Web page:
Here’s a practical way to revolutionize your relationship with your family. But it requires some risk.

    by Dave Boehi

    Direct Link to article on FamilyLife: A Question that Will Change Your Marriage and Family

    What if your teenager asked you one day, “What can I do to help?”

    Probably two things would happen.

    First, you’d be stunned and shocked at the collapse of everything you know to
    be true in this world: Did those words actually come from my child’s mouth?

    Second, you’d probably wonder what angle your child is trying to play:
    What does he want from me?

    OK, perhaps that scenario seems impossible … so let’s bring this into the
    realm of marriage.  What if your spouse asked you, “What can I do to
    help?”

    What if you both adopted this type of servant attitude on a regular basis?
    What impact would that have on your marriage?

    Before I go too far, I need to credit Andy Stanley, pastor of North Point
    Community Church in Alpharetta, Georgia, for the thoughts in this column.
    Recently my wife, Merry, and I attended a Catalyst One Day conference on
    leadership, and in one of Stanley’s messages he challenged us to begin asking
    this same question to the people who report to us: “What can I do to help?”
    When a leader seeks to serve, it can revolutionize the culture of a church, an
    organization, a company.

    Then, as we were driving home, we listened to a recent sermon where Stanley
    applied this same theme to family relationships.  He started by discussing
    Ephesians 5:21, which states that one of the fruits of being filled with the
    Spirit is “submitting to one another out of reverence for Christ.”

    This attitude of submitting to one another “should be the hallmark, the
    driving force behind Christian families,” Stanley says.  Each person in the
    family is committed to “leverage my assets, my time, and my power for your
    benefit.”

    We do this “out of reverence for Christ.”  This is the Christ who set the
    example of submitting His desires and will in order to serve us and to fulfill
    God’s will.  This is the  Christ who “came not to be served but to serve, and to
    give his life as a ransom for many” (Matthew 20:28).

    Think about that for a moment.  Jesus, the Son of God, did not come to earth
    so that people could serve Him.  Instead, he came to serve others.

    An overall attitude of selflessness

    This attitude of submission detailed in Ephesians 5:21 sets a clear context
    for the familiar verses that follow:

    Wives, submit to your own husbands, as
    to the Lord. For the husband is the head of the wife even as Christ is the head
    of the church, his body, and is himself its Savior. Now as the church submits to
    Christ, so also wives should submit in everything to their husbands. Husbands,
    love your wives, as Christ loved the church and gave himself up for her.
    (Ephesians 5:22-25)

    This is undoubtedly one of the most difficult and
    misunderstood passages of the Bible.  But notice how the theme of “submitting to
    one another out of reverence for Christ” runs through it.  Wives submit to their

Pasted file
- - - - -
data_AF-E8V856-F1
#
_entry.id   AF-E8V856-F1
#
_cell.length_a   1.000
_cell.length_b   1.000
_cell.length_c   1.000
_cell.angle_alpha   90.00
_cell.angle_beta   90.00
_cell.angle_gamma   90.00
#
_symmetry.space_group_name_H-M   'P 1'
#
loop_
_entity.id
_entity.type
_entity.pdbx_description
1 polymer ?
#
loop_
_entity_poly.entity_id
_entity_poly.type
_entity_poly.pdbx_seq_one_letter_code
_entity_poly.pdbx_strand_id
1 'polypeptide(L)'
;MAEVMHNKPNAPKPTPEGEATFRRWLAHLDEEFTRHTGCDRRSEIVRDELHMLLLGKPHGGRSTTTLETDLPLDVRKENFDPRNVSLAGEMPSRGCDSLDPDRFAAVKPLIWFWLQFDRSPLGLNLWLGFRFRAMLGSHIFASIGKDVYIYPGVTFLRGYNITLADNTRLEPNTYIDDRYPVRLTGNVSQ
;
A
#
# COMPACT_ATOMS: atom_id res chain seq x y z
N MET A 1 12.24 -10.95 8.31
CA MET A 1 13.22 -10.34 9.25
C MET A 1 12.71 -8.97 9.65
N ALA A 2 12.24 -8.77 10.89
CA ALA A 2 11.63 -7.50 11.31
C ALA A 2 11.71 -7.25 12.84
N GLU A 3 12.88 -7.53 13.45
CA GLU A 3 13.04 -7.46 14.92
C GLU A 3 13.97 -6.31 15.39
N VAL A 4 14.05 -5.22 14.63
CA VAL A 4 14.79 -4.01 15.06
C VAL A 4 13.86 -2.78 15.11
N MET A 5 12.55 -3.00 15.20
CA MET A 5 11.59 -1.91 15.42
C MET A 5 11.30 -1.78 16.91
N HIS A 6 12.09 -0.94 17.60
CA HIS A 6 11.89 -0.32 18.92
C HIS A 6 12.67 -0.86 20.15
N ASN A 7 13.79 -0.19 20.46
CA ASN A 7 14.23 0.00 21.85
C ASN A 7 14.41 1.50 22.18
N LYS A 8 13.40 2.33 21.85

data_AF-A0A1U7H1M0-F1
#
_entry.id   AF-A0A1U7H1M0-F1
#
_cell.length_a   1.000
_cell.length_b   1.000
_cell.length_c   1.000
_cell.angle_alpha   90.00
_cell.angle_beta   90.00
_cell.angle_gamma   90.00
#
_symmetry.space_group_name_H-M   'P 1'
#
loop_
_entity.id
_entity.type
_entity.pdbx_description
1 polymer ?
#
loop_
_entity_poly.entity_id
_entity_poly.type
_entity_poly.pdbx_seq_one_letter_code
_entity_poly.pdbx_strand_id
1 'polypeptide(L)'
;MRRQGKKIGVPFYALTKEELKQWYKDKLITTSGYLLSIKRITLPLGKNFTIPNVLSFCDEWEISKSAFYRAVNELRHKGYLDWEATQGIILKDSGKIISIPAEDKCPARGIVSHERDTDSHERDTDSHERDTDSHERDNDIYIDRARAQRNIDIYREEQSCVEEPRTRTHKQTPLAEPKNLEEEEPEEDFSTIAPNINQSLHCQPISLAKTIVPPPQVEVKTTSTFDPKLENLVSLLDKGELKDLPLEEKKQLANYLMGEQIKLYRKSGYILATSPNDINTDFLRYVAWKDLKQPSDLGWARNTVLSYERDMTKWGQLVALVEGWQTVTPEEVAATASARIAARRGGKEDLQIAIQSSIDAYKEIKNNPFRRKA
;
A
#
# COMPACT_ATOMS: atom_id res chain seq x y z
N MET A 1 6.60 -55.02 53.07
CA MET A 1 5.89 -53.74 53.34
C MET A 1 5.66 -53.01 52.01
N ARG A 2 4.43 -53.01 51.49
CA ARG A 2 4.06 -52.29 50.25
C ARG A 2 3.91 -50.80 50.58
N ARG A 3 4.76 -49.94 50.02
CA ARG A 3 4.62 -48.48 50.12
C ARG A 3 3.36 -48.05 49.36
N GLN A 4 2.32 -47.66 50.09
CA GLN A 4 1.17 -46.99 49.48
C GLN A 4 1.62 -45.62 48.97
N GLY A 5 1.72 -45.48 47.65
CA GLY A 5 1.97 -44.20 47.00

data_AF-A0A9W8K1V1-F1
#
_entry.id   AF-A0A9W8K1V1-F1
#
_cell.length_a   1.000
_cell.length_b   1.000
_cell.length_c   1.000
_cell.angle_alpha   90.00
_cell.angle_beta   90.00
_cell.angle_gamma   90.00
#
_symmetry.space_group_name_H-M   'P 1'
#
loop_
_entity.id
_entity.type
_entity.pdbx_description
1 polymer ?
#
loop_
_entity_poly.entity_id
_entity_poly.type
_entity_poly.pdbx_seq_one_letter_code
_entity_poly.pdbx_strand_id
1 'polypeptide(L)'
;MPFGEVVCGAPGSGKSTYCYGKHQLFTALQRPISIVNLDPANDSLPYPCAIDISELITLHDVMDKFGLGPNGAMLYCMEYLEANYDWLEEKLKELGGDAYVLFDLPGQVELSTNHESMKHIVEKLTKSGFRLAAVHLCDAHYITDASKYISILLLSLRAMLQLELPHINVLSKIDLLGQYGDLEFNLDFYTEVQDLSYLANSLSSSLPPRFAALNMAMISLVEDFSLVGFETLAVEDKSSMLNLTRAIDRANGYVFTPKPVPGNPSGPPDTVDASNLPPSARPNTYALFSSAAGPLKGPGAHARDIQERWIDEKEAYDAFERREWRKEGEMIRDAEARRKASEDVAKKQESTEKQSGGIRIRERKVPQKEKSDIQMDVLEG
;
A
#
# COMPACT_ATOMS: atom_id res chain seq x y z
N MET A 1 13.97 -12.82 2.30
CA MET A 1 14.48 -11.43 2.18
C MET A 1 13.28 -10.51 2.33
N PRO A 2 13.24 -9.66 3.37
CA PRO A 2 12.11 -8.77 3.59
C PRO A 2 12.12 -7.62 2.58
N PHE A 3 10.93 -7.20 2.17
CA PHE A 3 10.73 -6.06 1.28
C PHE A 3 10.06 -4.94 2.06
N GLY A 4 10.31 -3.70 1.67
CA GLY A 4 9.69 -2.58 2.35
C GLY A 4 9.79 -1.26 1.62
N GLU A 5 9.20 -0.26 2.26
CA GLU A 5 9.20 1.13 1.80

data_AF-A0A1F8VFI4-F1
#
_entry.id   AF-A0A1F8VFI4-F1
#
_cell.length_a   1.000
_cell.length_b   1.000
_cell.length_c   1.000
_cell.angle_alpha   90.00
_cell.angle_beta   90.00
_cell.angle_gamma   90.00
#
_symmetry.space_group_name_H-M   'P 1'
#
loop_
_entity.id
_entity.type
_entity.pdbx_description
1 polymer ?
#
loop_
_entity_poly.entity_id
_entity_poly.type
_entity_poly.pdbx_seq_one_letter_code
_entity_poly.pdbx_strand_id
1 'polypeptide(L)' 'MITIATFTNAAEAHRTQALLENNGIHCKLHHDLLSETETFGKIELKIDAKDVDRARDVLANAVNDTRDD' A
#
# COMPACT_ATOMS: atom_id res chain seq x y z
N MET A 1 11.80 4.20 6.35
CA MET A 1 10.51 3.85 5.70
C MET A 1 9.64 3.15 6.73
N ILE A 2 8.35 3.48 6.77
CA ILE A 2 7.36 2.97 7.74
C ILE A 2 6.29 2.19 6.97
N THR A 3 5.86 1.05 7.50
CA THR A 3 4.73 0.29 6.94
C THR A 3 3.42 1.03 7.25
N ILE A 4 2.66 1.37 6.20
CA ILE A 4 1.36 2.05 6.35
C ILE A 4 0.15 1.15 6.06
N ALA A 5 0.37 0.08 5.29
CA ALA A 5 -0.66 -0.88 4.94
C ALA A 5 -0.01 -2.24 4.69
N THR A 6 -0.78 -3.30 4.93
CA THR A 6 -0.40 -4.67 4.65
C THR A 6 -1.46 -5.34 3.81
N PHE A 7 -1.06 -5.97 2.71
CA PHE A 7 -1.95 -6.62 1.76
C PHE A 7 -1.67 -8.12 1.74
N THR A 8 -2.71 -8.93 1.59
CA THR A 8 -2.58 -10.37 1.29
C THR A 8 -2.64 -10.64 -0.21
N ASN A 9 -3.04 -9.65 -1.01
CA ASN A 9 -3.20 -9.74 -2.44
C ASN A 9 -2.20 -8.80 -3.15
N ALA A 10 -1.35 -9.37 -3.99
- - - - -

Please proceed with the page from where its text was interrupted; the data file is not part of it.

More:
husbands as the church does to Christ.  And husbands, given the responsibility
    to lead in a marriage, are to love their wives “as Christ loved the church and
    gave himself up for her.”

    We each have different roles in marriage, but as we work out these roles the
    overall attitude is one of selflessness—of regarding others as more important
    than ourselves, just as Christ did for us (Philippians 2:1-11).

    That’s why I like this question, “What can I do to help?” It’s a very
    practical way to reach out and meet the needs of your spouse.

    To some of you, the thought of asking that question may seem a bit scary.
    You don’t know how your spouse will answer.  Or you realize that helping your
    spouse may mean sacrifice on your part.  Setting aside your agenda so that you
    can meet your spouse’s needs.

    I learned this lesson a few years ago when Merry and our daughter, Bethany,
    returned home from shopping.  They had purchased some new drapes for our dining
    room, but I was doing something else (probably something really important, like
    watching a football game on television), and I figured I would hang the drapes
    some other time when I felt like it.  Perhaps the next weekend.

    Then Bethany approached me and said, “You know,
    Mom is really excited about these drapes.  Don’t you think you could go ahead
    and put them up tonight?  It would mean a lot to her.”  Somehow her words
    pierced my fog of selfishness and moved me to action.  I realized I needed to
    help and bless my wife.

    We face choices like these on a daily basis.  Am
    I going to plan my time around my needs, or around the needs of others?  Am I
    going to serve others or try to force them to serve me?

    Imagine what would happen in your marriage if you
    asked, regularly, “What can I do to help?”

    And then imagine the example it would set for
    your children.  It might even rub off on your teenagers.

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    © 2012 by FamilyLife. All rights reserved.